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2015 Outlook: PCI and Security for Merchants

01/07/2015  |  By: Mark Burnette, CPA, CISSP, CISM, CISA, CRISC, CGEIT, ITIL, QSA, Shareholder, Practice Leader of Risk Services

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2014 was a big year in the information security space. As we enter the new year, the LBMC Security Services team is reviewing the major issues and events of the year gone by, and offering up our predictions for the topics and considerations that will be at the forefront during 2015. In this post, I’d like to revisit the most notable trends related to PCI compliance and merchant security in 2014 and provide some thoughts on two possible outcomes for 2015. (An obvious “crystal ball” prediction for the upcoming year would be to predict the migration to EMV solutions in the US, but since that’s already been mandated for late 2015, it would be cheating to include that in a prognostication list.)

A Transitional Year for PCI

2014 marked a milestone for the PCI standards, which impact every organization that processes, stores, or transmits credit card data. Over the course of this last year, merchants could choose to demonstrate compliance against either Version 2.0 of the standards, which had been available for several years, or the new Version 3.0. Many companies stuck with what they knew, assessing their security against Version 2.0, but that’s done now – as of January 1, 2015, Version 3.0 is the one rule of the land when it comes to credit card security.

Merchants who have yet to switch over will need to ensure that their security measures are up-to-date with the latest requirements, including new rules on Point of Sale (POS) devices. We’ve covered several of the new 3.0 rules in-depth here on the LBMC Security Services blog in posts throughout 2014. PCI Version 3.0’s additional focus on POS devices proved to be timely, as this year saw Point of Sale vulnerabilities becoming something of a theme.

Malware similar to the software that facilitated the Target breach in late 2013 emerged again and again in 2014 retail breaches, infecting POS devices in similar ways. Among the most notable of these breaches was the attack on Home Depot. In response, the FBI issued a malware warning for retailers running certain POS systems on Windows-based machines.

Two Potential Futures

When I think about PCI in 2015, I can’t help thinking about two possible futures: what should happen, and what probably will happen. Here’s what needs to happen: in 2015, organizations need to start taking a risk-based approach to security. They need to begin making decisions about information security programs based on a risk assessment performed by security experts, so they can identify the situational risks that are specific to their particular company, business environment, and industry.

Once that information is available, they can make well-informed decisions about which risks to address, and how to properly address them. Taking this approach will ensure reasonable and prudent security measures are in place to address risks, and will therefore also ensure compliance obligations are met. Many organizations are doing this. But many aren’t, and we’re going to continue to see a high rate of major breaches and attacks as long as businesses fail to make risk-based decisions about information security. Which leads me to the other future – the one I fear may happen.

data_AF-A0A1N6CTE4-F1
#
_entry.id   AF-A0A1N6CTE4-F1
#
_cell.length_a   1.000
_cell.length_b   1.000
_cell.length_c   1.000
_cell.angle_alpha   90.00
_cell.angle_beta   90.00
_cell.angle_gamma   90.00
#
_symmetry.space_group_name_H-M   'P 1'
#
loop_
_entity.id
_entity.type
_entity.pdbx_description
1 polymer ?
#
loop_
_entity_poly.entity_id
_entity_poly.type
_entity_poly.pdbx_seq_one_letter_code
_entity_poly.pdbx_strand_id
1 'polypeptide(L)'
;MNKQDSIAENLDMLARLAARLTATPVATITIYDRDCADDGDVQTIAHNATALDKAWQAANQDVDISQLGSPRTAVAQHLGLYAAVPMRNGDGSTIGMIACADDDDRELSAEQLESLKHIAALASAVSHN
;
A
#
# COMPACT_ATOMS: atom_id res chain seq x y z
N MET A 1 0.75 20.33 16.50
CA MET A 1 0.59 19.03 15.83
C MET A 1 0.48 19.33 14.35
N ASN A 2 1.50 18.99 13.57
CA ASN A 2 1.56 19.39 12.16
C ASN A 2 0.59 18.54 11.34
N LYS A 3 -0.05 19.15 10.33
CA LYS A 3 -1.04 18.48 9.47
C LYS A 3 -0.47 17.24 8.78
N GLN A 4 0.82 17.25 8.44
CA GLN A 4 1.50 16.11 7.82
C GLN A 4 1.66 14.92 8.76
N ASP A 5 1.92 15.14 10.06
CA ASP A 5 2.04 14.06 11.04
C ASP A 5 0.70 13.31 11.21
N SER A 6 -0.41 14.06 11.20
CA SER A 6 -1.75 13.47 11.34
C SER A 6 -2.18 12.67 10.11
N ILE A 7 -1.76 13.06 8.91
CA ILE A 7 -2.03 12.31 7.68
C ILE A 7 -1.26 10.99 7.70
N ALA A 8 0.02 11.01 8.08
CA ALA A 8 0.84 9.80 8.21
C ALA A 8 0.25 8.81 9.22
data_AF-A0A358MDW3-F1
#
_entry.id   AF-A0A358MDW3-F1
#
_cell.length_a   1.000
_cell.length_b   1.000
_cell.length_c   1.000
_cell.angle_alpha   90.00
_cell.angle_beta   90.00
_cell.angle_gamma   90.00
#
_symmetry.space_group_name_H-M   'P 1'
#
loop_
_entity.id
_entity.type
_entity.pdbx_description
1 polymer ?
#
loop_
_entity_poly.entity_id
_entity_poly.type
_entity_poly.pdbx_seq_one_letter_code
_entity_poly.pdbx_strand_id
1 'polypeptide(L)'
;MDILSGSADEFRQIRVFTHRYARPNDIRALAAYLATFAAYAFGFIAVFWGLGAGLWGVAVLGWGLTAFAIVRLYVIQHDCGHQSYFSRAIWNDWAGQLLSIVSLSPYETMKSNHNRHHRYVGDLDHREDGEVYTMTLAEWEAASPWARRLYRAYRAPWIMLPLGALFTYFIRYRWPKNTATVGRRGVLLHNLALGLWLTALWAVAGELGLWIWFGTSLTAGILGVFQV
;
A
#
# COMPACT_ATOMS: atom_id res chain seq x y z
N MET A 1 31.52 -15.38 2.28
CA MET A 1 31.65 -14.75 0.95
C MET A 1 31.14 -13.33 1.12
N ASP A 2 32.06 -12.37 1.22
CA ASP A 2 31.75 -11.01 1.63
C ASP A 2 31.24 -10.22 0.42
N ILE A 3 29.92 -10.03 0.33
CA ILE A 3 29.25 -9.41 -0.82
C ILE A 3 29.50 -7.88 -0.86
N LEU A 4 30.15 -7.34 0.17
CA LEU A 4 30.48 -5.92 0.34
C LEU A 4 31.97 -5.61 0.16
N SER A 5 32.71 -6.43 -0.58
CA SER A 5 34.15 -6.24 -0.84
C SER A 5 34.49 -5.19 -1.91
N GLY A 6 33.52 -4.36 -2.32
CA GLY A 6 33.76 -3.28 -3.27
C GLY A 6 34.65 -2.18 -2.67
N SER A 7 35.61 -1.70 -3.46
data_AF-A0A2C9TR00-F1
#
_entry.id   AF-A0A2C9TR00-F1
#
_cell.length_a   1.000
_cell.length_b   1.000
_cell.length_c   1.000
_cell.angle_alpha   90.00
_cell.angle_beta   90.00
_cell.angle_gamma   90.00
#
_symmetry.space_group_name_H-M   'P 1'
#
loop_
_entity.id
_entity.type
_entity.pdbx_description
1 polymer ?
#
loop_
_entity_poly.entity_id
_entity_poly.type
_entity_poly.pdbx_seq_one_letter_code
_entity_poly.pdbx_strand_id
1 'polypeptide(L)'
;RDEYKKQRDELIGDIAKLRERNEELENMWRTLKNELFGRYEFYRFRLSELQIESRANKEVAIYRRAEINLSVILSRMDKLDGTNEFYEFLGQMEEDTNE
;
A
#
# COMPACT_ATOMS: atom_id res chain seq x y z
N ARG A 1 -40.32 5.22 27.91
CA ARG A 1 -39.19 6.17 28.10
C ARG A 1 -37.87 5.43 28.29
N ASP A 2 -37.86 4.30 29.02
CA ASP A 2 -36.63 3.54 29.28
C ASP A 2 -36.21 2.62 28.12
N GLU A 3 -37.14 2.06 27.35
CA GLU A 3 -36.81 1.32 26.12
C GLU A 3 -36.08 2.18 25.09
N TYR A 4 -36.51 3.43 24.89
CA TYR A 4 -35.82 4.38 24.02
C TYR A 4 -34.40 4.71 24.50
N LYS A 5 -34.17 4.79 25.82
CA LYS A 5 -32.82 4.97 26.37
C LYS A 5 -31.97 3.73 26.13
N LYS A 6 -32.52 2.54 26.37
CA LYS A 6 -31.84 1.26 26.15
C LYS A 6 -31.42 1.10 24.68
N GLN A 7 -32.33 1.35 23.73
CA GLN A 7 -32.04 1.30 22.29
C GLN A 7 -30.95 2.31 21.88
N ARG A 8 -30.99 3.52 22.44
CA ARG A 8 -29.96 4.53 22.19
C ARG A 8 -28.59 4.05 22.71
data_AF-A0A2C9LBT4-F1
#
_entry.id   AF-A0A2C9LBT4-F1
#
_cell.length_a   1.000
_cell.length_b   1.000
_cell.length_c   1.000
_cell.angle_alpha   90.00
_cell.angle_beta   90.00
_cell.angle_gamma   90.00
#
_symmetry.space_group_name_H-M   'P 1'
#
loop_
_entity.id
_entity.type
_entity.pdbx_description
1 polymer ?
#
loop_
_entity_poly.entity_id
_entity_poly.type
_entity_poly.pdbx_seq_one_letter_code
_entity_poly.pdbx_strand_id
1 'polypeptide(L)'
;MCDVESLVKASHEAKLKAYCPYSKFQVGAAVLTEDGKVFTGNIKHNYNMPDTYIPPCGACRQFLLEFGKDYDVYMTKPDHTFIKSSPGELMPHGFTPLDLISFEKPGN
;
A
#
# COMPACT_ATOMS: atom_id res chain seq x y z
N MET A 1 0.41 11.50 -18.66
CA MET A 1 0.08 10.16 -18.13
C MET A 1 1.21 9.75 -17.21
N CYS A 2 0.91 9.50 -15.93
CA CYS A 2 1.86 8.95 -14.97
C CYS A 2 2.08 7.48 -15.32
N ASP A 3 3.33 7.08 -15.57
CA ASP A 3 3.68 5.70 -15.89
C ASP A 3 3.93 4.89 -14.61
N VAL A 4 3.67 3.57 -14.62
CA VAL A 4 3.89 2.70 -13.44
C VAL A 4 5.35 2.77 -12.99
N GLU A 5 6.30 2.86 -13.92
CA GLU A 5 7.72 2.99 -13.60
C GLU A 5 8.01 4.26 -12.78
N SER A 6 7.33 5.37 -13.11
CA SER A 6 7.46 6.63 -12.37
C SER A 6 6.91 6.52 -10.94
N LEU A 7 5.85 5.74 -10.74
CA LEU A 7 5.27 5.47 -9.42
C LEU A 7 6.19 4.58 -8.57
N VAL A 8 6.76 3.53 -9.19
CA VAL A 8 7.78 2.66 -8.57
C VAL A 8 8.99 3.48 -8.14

In 2015, many organizations may continue to implement the minimum security measures required to comply with relevant regulations, obligations, or audits. Their security programs may continue to be driven by compliance obligations, focused mainly on “checking the box” and doing just enough to satisfy the regulator or auditor, rather than addressing security issues based on risk. And as attacks continue to evolve, these organizations will be more and more vulnerable, because compliance with a regulation doesn’t necessarily equate to good security and risk management. Often, it takes a serious breach to drive home the importance of proper and effective security for a given organization. For those security professionals who are working in an organization that fits the second profile (the one that is compliance driven), there is a ray of hope.

After the high-profile breaches of 2014, some board-level decision makers are beginning to recognize the necessity of robust security, and they are asking questions about a company’s security posture, raising the topic’s visibility among senior executives, and compelling the company to address security head-on. If these leaders can drive a focused conversation about security and help organizations take key steps like conducting risk assessments and acting on the results, businesses may be able to identify their key risks and address problem areas according to their budgets. With strong leadership in the boardroom and the executive suite, 2015 can be a year defined by the rise of a more responsible approach to security, with merchants more effectively protecting their customers and their businesses. 

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LBMC Information Security reviews compliance efforts, can test to assure compliance and can help your team develop an action plan to remediate compliance. If you have questions, please contact us. Learn more about our PCI Compliance services.

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Posted in: PCI Compliance